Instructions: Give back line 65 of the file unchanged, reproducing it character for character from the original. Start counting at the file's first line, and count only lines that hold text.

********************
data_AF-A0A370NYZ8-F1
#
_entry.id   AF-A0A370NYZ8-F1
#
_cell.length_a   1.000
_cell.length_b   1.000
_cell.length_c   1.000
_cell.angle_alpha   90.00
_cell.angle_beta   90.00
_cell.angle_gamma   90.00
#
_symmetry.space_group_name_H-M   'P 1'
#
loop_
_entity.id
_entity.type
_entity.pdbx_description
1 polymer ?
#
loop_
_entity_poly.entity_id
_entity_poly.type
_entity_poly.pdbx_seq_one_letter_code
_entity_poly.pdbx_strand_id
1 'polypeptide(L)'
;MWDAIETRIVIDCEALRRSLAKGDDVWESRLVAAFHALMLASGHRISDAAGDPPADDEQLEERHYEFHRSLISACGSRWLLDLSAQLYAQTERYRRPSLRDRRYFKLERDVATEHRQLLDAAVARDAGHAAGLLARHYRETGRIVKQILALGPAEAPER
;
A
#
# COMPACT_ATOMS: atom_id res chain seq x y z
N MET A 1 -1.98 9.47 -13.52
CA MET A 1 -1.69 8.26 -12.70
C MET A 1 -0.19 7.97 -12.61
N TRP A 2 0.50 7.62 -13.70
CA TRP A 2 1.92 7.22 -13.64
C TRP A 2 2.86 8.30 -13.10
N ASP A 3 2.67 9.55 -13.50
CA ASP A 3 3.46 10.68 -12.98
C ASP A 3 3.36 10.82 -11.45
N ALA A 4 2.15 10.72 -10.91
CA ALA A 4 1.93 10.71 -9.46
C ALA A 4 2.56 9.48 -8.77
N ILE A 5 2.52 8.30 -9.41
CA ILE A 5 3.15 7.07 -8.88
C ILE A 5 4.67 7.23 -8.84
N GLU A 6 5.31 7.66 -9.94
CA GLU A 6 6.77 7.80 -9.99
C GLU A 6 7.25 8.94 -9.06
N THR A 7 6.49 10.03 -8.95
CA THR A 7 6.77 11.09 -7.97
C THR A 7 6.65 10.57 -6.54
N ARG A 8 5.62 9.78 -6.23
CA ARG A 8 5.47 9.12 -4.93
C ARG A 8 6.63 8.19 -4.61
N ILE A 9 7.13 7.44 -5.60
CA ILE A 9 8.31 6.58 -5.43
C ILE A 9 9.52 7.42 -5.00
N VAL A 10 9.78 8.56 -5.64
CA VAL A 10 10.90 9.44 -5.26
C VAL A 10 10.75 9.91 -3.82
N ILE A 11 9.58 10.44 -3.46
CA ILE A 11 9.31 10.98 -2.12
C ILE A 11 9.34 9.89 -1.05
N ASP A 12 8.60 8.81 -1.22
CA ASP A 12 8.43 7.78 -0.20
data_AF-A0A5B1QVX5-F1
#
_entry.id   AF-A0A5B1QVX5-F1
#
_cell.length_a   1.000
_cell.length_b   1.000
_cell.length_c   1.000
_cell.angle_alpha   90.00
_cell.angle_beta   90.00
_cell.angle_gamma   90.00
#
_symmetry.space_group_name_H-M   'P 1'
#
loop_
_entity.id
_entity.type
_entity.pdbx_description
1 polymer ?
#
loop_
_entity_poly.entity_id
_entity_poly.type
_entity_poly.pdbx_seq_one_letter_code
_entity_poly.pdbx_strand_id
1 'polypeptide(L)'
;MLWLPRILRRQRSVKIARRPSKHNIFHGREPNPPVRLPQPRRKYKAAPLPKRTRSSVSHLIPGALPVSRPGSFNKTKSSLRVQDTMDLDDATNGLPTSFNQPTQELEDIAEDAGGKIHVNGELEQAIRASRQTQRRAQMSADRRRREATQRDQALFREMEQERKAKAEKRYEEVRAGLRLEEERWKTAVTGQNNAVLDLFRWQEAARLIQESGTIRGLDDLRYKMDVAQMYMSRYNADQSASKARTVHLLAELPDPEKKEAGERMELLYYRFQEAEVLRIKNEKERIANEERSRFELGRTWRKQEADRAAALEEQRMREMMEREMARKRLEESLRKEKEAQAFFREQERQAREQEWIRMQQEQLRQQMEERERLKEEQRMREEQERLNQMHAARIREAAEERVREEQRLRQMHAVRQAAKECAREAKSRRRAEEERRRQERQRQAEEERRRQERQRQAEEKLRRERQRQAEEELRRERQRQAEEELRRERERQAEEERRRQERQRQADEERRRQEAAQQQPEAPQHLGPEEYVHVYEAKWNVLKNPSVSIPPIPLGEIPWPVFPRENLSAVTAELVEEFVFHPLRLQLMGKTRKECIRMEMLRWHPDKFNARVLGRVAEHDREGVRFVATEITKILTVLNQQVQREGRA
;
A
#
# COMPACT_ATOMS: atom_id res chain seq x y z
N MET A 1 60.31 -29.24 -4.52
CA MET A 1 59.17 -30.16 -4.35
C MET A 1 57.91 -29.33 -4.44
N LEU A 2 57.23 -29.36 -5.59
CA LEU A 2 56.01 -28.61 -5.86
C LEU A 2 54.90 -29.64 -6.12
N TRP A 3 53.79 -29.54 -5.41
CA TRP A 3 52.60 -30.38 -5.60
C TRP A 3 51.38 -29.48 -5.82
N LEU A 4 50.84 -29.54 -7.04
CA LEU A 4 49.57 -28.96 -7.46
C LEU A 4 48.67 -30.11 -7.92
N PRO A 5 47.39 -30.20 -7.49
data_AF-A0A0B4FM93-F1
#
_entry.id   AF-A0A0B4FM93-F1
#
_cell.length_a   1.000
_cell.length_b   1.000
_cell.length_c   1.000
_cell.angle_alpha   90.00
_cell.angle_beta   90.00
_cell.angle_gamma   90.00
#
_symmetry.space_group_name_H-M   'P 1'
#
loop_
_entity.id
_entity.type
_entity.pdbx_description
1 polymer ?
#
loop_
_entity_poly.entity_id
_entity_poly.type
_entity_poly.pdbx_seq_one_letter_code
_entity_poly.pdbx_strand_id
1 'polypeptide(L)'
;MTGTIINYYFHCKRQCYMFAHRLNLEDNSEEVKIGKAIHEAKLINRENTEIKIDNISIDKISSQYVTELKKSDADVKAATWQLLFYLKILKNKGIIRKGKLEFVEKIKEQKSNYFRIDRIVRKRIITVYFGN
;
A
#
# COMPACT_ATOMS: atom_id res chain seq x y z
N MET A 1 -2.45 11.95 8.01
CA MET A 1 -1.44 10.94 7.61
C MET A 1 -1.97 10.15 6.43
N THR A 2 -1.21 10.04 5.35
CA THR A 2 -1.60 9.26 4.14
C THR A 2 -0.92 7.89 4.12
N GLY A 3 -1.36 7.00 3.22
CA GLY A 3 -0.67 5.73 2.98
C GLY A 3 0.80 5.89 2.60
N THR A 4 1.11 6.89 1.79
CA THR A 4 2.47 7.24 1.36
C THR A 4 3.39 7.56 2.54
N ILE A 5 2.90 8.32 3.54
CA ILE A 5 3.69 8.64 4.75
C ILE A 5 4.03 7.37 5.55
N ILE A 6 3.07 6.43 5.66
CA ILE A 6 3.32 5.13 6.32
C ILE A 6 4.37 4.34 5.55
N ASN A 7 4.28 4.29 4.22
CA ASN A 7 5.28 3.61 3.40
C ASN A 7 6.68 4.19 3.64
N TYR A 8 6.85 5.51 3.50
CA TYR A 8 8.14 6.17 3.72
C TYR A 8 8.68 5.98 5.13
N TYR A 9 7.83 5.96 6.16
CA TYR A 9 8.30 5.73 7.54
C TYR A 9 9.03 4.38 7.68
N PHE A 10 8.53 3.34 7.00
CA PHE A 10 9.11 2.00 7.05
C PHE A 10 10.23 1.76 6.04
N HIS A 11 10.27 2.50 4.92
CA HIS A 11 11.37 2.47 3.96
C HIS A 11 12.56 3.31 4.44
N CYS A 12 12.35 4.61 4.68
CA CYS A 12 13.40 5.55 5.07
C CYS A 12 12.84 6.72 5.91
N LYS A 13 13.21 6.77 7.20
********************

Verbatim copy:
CA ASP A 12 8.43 7.78 -0.20